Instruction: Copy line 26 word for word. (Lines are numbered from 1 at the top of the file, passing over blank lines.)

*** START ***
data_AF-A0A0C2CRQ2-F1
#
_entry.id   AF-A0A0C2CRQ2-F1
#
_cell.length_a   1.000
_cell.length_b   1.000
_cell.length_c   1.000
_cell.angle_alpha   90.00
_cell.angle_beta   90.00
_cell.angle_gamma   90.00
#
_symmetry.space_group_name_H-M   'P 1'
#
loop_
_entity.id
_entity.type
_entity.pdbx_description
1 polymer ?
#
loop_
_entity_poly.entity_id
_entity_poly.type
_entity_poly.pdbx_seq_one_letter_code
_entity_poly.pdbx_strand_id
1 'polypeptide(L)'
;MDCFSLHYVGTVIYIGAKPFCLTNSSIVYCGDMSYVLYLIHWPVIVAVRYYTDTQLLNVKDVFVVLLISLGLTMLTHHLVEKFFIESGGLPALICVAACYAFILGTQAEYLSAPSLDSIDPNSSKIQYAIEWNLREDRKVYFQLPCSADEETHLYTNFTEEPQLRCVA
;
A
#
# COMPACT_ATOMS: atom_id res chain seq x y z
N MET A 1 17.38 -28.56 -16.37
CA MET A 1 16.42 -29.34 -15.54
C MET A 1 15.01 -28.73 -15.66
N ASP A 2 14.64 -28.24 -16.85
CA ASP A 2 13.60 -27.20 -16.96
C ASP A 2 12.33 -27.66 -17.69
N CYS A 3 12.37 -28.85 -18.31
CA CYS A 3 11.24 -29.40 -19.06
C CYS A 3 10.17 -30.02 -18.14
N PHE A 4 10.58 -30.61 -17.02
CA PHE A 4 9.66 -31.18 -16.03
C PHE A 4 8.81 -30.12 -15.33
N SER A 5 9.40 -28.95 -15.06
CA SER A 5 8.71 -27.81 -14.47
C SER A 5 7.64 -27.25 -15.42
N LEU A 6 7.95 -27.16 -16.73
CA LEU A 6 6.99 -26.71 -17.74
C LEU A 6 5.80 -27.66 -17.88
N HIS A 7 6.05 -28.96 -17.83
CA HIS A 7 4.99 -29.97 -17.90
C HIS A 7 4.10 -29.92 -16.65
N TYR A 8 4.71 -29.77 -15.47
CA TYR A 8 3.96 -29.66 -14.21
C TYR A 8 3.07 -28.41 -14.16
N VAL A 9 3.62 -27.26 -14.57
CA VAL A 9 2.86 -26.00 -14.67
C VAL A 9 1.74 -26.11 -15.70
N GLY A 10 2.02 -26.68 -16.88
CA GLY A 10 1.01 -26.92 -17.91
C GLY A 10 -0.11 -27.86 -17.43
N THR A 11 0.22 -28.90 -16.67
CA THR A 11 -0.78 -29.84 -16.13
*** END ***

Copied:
;MDCFSLHYVGTVIYIGAKPFCLTNSSIVYCGDMSYVLYLIHWPVIVAVRYYTDTQLLNVKDVFVVLLISLGLTMLTHHLVEKFFIESGGLPALICVAACYAFILGTQAEYLSAPSLDSIDPNSSKIQYAIEWNLREDRKVYFQLPCSADEETHLYTNFTEEPQLRCVA